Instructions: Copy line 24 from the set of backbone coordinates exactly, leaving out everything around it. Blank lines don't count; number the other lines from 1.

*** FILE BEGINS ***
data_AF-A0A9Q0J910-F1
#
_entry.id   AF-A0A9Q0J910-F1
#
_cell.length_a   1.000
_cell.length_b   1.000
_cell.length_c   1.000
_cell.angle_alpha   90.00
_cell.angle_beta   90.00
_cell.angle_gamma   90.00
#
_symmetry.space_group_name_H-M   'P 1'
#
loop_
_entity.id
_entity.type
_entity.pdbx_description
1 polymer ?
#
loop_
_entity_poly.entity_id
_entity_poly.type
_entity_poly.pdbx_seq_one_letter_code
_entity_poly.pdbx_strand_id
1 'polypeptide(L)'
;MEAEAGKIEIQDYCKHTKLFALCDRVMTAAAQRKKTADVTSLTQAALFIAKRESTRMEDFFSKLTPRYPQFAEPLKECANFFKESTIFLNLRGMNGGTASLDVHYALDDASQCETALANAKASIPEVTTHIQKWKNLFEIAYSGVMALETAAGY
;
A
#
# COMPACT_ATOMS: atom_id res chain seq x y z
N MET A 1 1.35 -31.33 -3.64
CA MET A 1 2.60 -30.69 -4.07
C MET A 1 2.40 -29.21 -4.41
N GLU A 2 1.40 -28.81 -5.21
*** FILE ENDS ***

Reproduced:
_entity_poly.pdbx_strand_id